Gordon Brown quietly slashed by a third this year’s hospital building and equipment budget in one of his last acts as chancellor.
Prompted by the tightness of the public finances, the new prime minister, who has placed the NHS as his “immediate priority”, cut the capital budget of the English NHS for 2007-08 from £6.2bn to £4.2bn. The move could delay the government’s hospital building and reconfiguration programme in England.
However, Mr Brown avoided equivalent cuts to the Scottish and Welsh NHS budgets even though the funding formula for the UK nations suggests they should have shared the pain. That decision leaves him open to criticism that he favoured patients in his home country.
An influential forecast group is worried about the risks individuals, firms and ministers are taking with amounts borrowed.
Ernst & Young’s Item Club spring forecast said people are “overly relaxed about risk” and are “spending as if it was going out of fashion”.
Club chief economic adviser Peter Spencer said: “The bottom line is that we are all living beyond our means.”
The Treasury said the UK’s performance and household finances remained strong.
The report highlights the current deficit in the public sector and expresses surprise that it built up at a time of economic strength and buoyant tax revenues.
“If the Chancellor is forced to borrow so much when the economy’s so sweet, what will happen when it turns sour?” Mr Spencer asked.
The decision to raid pension funds was the brainchild of a close-knit group of advisers known as “the hotel group”.
Before Gordon Brown became Chancellor, and for 18 months afterwards, all the key decisions were taken in the Park Lane apartment of Geoffrey Robinson, the multi-millionaire Labour MP and treasury minister, rather than in Whitehall.
Mr Brown, Ed Balls, his political adviser, and Charlie Whelan, his voluble and abrasive press spokesman, would gather to plan their policies.
They were a gang of chums, who drank beer and watched football matches on television, as they planned to seize control of the Treasury and introduce sweeping tax changes to fund Mr Brown’s ambitious plans for social engineering.Mr Brown, who had no ministerial experience before taking the second most powerful job in government, distrusted the Treasury mandarins, particularly the then permanent secretary, Sir Terry Burns.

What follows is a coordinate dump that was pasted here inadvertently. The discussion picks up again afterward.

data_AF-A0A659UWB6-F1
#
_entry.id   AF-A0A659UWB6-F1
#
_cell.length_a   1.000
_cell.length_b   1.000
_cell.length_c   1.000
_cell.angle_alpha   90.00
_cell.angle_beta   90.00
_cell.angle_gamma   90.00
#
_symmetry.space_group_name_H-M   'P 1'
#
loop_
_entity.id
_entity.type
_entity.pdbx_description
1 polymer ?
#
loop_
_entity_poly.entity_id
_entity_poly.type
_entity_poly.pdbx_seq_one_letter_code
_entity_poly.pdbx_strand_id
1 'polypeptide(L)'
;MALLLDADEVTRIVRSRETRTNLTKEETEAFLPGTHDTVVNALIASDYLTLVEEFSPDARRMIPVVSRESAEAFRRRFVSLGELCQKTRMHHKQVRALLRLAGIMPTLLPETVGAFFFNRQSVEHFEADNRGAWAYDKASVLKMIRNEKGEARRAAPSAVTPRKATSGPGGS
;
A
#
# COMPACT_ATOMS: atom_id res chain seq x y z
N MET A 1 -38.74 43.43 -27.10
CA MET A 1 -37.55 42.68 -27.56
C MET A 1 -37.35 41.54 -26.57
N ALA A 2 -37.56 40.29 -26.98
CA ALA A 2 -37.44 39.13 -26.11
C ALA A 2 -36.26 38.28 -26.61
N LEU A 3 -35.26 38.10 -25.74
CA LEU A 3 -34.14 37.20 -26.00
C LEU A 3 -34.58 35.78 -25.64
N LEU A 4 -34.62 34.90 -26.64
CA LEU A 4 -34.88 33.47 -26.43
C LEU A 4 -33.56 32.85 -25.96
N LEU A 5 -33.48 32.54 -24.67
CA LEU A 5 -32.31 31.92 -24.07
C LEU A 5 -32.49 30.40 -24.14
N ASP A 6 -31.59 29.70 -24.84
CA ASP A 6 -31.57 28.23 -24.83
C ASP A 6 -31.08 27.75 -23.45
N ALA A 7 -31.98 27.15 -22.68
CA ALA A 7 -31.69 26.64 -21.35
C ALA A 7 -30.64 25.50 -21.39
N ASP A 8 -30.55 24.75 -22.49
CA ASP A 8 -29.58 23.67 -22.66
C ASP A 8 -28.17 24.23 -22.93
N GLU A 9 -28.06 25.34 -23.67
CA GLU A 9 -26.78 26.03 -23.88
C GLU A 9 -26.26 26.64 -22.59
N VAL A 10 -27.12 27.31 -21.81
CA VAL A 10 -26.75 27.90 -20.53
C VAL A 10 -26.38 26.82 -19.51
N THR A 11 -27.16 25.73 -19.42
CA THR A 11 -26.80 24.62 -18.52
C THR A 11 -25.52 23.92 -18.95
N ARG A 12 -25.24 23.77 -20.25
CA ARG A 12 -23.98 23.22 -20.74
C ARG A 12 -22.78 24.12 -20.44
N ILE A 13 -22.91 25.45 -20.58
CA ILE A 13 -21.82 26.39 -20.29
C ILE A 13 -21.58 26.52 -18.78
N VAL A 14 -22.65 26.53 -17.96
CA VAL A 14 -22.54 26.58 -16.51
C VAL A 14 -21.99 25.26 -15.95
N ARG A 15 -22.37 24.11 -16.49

Sir Terry and other key officials were kept out of the loop. So it is little wonder that Mr Brown brushed aside uncomfortable advice from civil servants on the problems in the pension tax changes – he no doubt saw them as part of the establishment seeking to frustrate his ambitious reform programme.
Labour came to power in 1997 claiming it had no need to raise taxes – and even promised not to increase the basic or top rate of income tax.
So Mr Brown needed to find ways of raising extra money in ways that were not immediately noticeable to middle income voters who had switched from the Tories to New Labour
The key figure was Mr Robinson, who had helped fund Mr Brown’s office in opposition. He knew his way around the corporate tax system. He provided more than £200,000 to pay for the specialist advice Mr Brown needed for formulating his tax policies.
Chancellor Gordon Brown is unrepentant about his decision to ditch a tax break despite warnings it could wipe billions of pounds from pension funds.
In his first public comment on the row surrounding the controversial 1997 measure, the Chancellor argued that it had been “the right decision for the future of the economy”.
Documents released on Friday under the Freedom of Information Act, after a two-year battle, showed the policy was pursued despite official advice it would hit pension funds.
They indicated that he was advised the abolition could leave a “big hole” in pension funds, wiping out up to £75 billion of assets and reducing pension benefits for future generations.
Critics hold the decision at least partly to blame for the closure of many final salary pension schemes in recent years which have left retiring workers severely out of pocket.
Unions have reacted with anger to below-inflation pay rises for health and other public sector workers.
Chancellor Gordon Brown told MPs he had accepted recommendations from the pay review body that awards be kept within the government’s 2% inflation target.
Nurses will get a 1.9% rise, while GPs will get no increase. The armed forces will get 3.3% and consultants 1.3%.
The CPI inflation measure targeted by the government is 2.7%. The old Retail Price Index currently stands at 4.2%.
Gordon Brown’s claim to have made £13.3bn a year efficiency savings across Whitehall as part of a drive to cut waste is called into doubt today in a detailed investigation by the National Audit Office.
The auditors found that nearly £10bn claimed to have been saved by the Treasury was open to question because it could not be properly measured or was substantially incorrect. Only £3.1bn of the £13.3bn gets a green light.
The Chancellor Gordon Brown has been given a “could do better” in a report on cutting national debt.
The Institute for Fiscal studies says other countries are reducing their debts faster.
Research showed 17 of 22 leading industrialised countries have improved their budget balances by more than Britain since 1996.
The think-tank said: “After a decade of Mr Brown’s stewardship, the UK still has a relatively big structural budget deficit by international standards and remains mid-table when comparing the size of government debt.”